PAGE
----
On my recent safari trip to Zambia and Botswana I tried my hands on wildlife photography with my new Nikon Z 6 mirrorless camera. This is the first time I shot wildlife with the new camera and I was eager to see how it performs in challenging situations. And when it comes to travel photography, wildlife can be the most challenging part!
Wildlife photography can be pretty demanding.
This baby giraffe only looked at us for a second before it decided to run!
Settings: 500mm, f/5.6, 1/1000 sec, ISO 280.
Facts & Figures
To properly shoot wildlife you need your camera to fulfil a couple of technical criteria – especially when it comes to speed, autofocus and image size. The Nikon Z 6 is a mirrorless full frame camera, so the sensor is as big as with professional DSLRs. It features 24,5 megapixel, which allows for cropping without loosing too much resolution in post production. And last but not least speed – that’s where the Nikon Z 6 excels – as it can fire up to 12 photos per second, which is essential with moving subjects.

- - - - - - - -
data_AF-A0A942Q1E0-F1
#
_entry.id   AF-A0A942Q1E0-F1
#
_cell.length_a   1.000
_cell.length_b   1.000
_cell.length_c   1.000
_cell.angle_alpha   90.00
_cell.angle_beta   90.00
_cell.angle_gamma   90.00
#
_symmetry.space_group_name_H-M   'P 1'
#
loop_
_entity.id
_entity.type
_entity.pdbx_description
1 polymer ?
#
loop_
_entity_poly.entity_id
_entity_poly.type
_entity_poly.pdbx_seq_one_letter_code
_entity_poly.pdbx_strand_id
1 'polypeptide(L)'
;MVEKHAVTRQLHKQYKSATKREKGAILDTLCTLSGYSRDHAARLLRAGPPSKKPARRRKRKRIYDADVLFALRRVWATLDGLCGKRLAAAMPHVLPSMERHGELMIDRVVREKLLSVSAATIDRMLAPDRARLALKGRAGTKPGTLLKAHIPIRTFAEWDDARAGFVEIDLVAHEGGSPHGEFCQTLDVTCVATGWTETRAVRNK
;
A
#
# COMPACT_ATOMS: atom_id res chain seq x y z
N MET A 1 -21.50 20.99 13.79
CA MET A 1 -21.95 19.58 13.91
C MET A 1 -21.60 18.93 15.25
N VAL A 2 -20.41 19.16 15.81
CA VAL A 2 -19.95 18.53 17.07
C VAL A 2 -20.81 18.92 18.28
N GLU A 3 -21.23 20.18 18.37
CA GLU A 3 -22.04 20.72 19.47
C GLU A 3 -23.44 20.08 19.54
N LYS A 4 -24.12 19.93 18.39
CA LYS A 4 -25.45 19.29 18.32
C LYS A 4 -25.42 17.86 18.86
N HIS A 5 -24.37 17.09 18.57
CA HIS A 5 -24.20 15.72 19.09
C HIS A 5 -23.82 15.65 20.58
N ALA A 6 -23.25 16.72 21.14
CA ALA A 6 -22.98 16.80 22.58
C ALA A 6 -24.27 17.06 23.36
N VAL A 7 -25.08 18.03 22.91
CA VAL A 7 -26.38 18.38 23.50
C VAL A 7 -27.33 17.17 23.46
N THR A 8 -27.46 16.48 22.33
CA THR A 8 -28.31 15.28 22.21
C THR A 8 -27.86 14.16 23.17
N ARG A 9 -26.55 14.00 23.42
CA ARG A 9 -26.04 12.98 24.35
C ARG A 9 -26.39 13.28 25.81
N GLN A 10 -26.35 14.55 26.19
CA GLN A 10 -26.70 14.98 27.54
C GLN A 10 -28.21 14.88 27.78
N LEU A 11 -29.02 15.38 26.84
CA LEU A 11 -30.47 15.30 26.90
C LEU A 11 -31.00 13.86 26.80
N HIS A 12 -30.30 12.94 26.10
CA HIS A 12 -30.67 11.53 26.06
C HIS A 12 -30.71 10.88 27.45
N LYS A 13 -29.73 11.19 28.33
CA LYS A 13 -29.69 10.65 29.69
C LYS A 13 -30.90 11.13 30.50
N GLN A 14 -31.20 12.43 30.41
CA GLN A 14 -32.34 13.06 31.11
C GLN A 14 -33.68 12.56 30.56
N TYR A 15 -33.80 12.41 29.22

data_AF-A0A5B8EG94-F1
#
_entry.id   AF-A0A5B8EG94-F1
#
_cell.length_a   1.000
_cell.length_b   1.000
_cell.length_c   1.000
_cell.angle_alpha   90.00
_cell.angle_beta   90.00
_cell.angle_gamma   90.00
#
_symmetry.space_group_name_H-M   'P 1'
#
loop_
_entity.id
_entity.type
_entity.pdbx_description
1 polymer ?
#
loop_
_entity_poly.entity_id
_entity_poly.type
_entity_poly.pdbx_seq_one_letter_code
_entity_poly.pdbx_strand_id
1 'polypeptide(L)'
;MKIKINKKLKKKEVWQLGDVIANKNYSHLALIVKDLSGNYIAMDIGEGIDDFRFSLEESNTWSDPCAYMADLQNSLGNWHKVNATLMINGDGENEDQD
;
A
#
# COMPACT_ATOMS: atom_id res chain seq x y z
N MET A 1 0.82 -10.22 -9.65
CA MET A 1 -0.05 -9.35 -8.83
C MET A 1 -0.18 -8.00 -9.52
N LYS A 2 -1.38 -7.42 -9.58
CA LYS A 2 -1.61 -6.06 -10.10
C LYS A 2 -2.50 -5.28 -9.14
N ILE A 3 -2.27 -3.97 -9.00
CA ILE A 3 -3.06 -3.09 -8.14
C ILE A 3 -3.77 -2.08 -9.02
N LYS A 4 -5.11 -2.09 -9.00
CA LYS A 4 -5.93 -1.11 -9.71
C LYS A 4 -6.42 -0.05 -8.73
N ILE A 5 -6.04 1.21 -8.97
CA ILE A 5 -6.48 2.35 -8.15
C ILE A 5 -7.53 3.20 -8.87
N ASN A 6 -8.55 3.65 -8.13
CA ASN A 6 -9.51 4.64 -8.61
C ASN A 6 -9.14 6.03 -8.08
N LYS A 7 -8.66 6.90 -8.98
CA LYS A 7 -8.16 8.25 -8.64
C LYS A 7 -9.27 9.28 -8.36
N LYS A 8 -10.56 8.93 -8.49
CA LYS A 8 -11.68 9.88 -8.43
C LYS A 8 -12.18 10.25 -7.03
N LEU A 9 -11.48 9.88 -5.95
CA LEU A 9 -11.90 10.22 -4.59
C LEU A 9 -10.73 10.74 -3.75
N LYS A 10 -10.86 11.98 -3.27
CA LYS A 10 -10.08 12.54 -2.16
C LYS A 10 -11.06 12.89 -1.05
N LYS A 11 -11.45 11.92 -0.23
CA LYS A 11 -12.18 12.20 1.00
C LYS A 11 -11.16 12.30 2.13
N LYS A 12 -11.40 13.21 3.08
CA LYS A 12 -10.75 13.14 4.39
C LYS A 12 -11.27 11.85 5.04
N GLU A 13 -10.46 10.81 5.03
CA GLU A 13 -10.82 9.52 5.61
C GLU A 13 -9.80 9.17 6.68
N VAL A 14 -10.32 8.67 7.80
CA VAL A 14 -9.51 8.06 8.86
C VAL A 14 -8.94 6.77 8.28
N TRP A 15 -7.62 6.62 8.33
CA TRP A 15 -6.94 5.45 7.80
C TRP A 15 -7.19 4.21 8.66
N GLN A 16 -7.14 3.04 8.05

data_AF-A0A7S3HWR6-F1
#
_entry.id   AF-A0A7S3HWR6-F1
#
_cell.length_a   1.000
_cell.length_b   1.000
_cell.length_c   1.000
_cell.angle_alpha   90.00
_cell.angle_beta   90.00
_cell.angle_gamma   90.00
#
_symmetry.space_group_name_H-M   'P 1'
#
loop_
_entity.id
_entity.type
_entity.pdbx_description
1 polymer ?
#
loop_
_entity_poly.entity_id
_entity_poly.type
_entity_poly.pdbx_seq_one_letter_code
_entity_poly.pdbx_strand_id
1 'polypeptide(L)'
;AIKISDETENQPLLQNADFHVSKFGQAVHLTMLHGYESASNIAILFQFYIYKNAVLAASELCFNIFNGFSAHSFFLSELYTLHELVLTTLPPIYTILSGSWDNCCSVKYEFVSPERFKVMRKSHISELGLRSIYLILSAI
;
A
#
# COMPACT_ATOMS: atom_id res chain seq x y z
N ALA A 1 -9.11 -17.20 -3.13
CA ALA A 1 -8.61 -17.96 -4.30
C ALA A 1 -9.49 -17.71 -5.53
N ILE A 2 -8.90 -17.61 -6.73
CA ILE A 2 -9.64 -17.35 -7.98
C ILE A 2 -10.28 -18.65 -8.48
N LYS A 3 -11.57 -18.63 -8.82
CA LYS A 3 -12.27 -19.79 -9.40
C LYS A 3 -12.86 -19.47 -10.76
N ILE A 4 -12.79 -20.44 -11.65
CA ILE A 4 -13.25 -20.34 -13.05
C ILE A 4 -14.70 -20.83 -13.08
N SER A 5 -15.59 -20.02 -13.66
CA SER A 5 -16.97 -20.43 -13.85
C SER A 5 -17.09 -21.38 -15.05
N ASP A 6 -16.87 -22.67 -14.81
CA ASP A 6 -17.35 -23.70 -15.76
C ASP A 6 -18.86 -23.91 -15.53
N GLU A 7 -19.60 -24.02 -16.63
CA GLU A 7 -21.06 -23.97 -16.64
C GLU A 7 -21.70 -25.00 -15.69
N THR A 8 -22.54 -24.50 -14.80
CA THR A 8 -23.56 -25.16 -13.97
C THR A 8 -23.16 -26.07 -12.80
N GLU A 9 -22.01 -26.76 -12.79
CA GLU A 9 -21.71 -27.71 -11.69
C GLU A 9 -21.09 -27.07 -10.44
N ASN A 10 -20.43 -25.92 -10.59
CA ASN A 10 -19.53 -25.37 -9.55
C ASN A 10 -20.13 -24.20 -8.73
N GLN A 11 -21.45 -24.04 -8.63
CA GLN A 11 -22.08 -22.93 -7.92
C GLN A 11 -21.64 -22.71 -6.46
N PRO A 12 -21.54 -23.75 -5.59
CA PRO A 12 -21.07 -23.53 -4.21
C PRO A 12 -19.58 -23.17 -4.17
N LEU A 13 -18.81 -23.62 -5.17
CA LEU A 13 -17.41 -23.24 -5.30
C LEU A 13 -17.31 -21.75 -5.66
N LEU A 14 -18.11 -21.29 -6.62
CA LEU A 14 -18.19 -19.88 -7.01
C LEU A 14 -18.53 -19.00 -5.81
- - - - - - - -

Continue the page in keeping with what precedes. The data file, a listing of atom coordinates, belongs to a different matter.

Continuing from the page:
This is me shooting with the Nikon Z 6 and the new NIKKOR Z 24-70mm 2.8 lens.
I only used this lens when animals where either close-by or I wanted to shoot scenery and landscapes.
Armed with these facts I felt like I was well prepared for wildlife photography with the Nikon Z 6. Additionally the camera allows ISO to go up to 51.200 (I never had to go up that high, but this suggests that the camera and it’s ISO handling performs better in low light than my previous DSLR).
Leopard sightings are rare and shooting them can be challenging.
Especially when they hide in the thicket and it’s dark, but they keep moving.